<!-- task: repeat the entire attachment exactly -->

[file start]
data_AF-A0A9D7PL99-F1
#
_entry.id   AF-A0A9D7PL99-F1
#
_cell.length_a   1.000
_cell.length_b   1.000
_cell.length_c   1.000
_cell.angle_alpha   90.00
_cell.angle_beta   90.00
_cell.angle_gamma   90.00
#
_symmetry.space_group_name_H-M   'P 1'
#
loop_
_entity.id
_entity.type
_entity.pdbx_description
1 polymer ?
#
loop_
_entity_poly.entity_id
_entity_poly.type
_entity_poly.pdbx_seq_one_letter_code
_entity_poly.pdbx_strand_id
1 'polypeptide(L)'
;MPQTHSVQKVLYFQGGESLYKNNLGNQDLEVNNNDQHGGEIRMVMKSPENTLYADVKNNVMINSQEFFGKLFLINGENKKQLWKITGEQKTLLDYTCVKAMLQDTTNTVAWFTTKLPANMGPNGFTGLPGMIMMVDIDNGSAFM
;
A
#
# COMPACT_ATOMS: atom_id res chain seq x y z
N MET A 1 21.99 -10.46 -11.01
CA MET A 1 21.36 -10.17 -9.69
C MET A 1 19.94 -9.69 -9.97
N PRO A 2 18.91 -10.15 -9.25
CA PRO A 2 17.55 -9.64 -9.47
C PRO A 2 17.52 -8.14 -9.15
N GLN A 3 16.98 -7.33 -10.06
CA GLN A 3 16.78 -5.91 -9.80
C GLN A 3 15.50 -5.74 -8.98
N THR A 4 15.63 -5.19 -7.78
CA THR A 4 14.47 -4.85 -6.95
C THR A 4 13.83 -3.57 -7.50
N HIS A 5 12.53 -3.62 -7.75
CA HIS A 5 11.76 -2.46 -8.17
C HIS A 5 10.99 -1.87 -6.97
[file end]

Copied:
data_AF-A0A9D7PL99-F1
#
_entry.id   AF-A0A9D7PL99-F1
#
_cell.length_a   1.000
_cell.length_b   1.000
_cell.length_c   1.000
_cell.angle_alpha   90.00
_cell.angle_beta   90.00
_cell.angle_gamma   90.00
#
_symmetry.space_group_name_H-M   'P 1'
#
loop_
_entity.id
_entity.type
_entity.pdbx_description
1 polymer ?
#
loop_
_entity_poly.entity_id
_entity_poly.type
_entity_poly.pdbx_seq_one_letter_code
_entity_poly.pdbx_strand_id
1 'polypeptide(L)'
;MPQTHSVQKVLYFQGGESLYKNNLGNQDLEVNNNDQHGGEIRMVMKSPENTLYADVKNNVMINSQEFFGKLFLINGENKKQLWKITGEQKTLLDYTCVKAMLQDTTNTVAWFTTKLPANMGPNGFTGLPGMIMMVDIDNGSAFM
;
A
#
# COMPACT_ATOMS: atom_id res chain seq x y z
N MET A 1 21.99 -10.46 -11.01
CA MET A 1 21.36 -10.17 -9.69
C MET A 1 19.94 -9.69 -9.97
N PRO A 2 18.91 -10.15 -9.25
CA PRO A 2 17.55 -9.64 -9.47
C PRO A 2 17.52 -8.14 -9.15
N GLN A 3 16.98 -7.33 -10.06
CA GLN A 3 16.78 -5.91 -9.80
C GLN A 3 15.50 -5.74 -8.98
N THR A 4 15.63 -5.19 -7.78
CA THR A 4 14.47 -4.85 -6.95
C THR A 4 13.83 -3.57 -7.50
N HIS A 5 12.53 -3.62 -7.75
CA HIS A 5 11.76 -2.46 -8.17
C HIS A 5 10.99 -1.87 -6.97